The coastal capital of Accra, Ghana, has a tropical climate, but each year there is a dry season called the Harmattan when cool, dusty winds blow in from the Sahara Desert. The dust settles over the city like a dense fog, blurring the air over the bustling markets and red sand beaches. For the women of the international Muslim communities in northern Accra, the Harmattan is a time of year associated with relationships and reflection.
A German-born artist with Ghanaian roots who now lives and works in Accra, Zohra Opoku uncovers the daily lives of these women—whom she calls her "protagonists"—by photographing them in intimate spaces ordinarily hidden from view. "It was amazing how when I decided to work with the Muslim community, how the doors were very open, and how warmly received I was," she says. "They were willing to open up their personal space for me to share inside their home, their community, their daily environment, things they were doing. I'm overwhelmed by how many people I met through this, and how much I learned by spending time with them."
Some of these photographs, on exhibit at Mariane Ibrahim Gallery through March 17, have been turned into silk screens, which Opoku prints onto pieces of fabric she buys at the local markets. Each image is then embellished with beads, vibrantly colored embroidery thread, or sumptuous snatches of lace. Then they are hung from elegant brass dowels, making them hybrid objects that are both photographic and sculptural.
"I always look at identity via textile culture and symbolism, because I come from a handcraft family in Germany and I studied fashion design," she says. "I enjoy working with something that's flexible, that's alive, that tells stories by its history of use."
Nowhere in this exhibition is fabric more alive than in the video installation Before the Prayer / After the Prayer, which follows a woman named Zullaiha on her way to and from the mosque that gives rhythm and structure to her daily life. Although she is fully veiled, her friends call out to her; there's no mistaking that it's Zullaiha inside the colorful fabric that sails through the back streets of the city.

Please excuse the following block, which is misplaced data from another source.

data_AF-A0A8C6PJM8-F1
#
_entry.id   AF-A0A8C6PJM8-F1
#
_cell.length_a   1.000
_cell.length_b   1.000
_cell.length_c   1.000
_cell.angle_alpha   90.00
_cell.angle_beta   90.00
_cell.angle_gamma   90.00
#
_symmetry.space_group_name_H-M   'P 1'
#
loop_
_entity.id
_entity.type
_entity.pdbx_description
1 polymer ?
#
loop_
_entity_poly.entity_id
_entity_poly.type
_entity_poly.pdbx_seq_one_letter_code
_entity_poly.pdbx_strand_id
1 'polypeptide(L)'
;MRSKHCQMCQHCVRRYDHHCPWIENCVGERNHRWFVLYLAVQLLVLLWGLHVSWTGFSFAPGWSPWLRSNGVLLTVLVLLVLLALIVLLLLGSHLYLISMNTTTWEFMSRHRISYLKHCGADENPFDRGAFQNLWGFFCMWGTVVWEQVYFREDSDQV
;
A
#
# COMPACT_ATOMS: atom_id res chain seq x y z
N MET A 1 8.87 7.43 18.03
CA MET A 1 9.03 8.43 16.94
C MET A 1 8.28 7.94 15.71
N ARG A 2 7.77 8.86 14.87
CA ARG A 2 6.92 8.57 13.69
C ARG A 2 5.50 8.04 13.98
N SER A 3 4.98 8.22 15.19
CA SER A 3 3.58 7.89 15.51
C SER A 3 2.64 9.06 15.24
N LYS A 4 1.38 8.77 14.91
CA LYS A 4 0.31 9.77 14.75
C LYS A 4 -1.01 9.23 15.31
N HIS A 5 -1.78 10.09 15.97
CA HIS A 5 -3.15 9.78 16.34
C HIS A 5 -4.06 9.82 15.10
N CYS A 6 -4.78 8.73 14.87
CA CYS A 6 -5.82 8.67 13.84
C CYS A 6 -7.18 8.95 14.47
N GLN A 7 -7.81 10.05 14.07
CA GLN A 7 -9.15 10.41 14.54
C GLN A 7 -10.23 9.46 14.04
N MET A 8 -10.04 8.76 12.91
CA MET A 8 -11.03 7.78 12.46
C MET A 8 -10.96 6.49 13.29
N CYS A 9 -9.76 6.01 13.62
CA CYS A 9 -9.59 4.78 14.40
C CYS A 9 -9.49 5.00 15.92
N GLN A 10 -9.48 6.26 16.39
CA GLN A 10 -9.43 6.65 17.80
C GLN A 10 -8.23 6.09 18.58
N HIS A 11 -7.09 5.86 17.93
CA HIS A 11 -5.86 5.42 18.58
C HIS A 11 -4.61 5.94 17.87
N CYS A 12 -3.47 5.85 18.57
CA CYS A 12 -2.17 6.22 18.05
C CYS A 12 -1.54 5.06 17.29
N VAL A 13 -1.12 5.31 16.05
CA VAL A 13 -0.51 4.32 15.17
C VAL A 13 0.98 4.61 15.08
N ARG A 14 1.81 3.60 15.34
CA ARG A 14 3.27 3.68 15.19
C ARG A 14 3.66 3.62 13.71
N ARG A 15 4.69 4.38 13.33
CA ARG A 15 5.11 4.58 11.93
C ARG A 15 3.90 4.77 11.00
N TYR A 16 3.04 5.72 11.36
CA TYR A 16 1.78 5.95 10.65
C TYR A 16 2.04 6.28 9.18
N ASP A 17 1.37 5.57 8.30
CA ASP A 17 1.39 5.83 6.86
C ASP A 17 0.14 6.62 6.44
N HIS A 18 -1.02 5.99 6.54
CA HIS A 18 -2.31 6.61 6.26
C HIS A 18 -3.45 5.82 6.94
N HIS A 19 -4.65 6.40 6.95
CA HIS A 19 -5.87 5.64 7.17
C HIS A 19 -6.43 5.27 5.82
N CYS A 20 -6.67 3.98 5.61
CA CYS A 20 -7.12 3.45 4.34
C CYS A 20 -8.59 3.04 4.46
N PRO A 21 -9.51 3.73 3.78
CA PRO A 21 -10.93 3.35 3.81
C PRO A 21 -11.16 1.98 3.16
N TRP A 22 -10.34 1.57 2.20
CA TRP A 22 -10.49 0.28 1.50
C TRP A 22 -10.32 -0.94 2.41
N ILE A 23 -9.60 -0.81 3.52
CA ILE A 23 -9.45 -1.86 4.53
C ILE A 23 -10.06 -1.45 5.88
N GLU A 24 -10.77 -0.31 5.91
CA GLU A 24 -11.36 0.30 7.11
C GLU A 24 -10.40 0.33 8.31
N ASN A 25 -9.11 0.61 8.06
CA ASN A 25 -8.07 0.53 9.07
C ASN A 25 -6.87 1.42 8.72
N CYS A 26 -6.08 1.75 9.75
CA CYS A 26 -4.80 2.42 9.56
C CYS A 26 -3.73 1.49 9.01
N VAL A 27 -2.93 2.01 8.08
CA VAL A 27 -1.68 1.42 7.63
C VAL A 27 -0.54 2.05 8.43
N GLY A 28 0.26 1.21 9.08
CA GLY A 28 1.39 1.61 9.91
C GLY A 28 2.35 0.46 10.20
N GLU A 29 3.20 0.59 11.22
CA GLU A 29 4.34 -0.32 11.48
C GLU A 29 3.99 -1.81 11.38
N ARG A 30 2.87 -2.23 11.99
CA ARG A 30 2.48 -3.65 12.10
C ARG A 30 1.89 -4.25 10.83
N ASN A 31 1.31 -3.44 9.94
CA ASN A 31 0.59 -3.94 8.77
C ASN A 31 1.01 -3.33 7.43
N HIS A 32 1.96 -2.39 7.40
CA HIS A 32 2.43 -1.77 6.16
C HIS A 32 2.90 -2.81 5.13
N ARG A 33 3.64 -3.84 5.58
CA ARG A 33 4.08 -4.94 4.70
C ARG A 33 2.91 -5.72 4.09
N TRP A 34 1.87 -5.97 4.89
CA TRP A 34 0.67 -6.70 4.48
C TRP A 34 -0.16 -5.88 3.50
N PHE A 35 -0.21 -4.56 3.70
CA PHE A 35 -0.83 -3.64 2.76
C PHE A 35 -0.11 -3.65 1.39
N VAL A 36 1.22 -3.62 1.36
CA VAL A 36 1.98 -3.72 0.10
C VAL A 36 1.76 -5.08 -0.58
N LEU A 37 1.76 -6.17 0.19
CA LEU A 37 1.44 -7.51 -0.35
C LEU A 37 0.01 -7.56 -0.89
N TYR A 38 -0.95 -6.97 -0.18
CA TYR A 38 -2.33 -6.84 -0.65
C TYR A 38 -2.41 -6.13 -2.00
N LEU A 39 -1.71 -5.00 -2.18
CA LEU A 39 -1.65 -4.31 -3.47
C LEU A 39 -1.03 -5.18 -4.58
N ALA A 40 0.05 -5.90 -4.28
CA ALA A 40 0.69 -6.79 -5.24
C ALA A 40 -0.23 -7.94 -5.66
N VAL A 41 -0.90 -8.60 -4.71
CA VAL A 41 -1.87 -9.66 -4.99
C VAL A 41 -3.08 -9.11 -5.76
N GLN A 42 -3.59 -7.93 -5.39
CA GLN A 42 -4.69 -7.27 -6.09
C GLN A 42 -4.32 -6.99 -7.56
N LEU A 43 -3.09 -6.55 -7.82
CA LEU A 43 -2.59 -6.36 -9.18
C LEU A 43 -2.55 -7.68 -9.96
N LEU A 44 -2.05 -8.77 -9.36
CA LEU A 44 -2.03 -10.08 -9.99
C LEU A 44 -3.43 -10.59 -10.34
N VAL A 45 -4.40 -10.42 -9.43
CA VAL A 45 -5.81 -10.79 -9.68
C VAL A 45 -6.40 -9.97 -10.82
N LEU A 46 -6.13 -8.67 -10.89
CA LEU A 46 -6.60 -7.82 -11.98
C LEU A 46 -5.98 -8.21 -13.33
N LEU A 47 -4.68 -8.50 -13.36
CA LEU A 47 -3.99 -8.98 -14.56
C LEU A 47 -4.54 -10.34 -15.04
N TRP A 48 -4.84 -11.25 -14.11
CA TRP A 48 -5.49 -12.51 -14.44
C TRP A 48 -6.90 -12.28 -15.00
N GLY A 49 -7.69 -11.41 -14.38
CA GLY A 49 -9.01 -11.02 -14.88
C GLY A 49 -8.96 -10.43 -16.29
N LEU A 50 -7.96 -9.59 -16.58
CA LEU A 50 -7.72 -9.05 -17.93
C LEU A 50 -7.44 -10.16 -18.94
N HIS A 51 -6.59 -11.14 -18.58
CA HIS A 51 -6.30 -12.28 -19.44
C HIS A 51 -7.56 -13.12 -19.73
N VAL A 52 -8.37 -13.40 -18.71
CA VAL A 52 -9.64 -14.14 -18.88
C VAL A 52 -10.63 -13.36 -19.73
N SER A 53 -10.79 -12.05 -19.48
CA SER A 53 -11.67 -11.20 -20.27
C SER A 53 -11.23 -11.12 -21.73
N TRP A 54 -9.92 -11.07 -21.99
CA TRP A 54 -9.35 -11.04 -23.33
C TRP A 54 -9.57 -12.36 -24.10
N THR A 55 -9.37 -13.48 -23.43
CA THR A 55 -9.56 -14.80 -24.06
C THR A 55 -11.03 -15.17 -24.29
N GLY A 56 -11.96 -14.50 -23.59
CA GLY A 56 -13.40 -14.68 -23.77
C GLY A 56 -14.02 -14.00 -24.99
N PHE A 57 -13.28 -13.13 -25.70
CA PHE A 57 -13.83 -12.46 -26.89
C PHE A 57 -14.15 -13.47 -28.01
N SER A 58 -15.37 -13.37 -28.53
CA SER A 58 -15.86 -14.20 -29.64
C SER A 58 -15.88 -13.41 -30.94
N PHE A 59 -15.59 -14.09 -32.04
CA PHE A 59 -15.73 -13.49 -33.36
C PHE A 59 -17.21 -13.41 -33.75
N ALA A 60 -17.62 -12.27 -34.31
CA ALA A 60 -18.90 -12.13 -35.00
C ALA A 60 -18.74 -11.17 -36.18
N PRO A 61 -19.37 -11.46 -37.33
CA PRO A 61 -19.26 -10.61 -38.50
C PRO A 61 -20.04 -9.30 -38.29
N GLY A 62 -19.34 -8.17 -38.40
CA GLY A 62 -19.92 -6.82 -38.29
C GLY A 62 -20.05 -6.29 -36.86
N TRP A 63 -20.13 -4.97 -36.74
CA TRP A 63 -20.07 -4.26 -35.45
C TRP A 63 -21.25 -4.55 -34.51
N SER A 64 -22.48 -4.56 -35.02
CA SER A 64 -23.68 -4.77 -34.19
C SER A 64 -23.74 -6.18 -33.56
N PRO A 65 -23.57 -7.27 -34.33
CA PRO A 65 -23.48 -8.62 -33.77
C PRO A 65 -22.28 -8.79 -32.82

In 2017, Opoku exhibited textile works at the Armory Show in New York—an innovative installation that won the prestigious Booth Prize for gallerist Mariane Ibrahim. Those textiles connected the stories of both her German and Ghanaian families. Harmattan Tales also features some autobiographical works, in the form of self-portraits in which Opoku has draped herself with various fabrics and laces, some of which are enticingly sheer.
"When I see someone who is fully veiled, I'm always thinking about what's underneath, and become curious about the person I don't see," she says. "I tried different ways of veiling myself to create different versions of myself in a veiled situation."
Peeking out around her figure in these images are living plants that, like her, are transplanted from elsewhere. "For me, everything is always about identity and making yourself a home. The dress is a feeling of belonging, of blending in."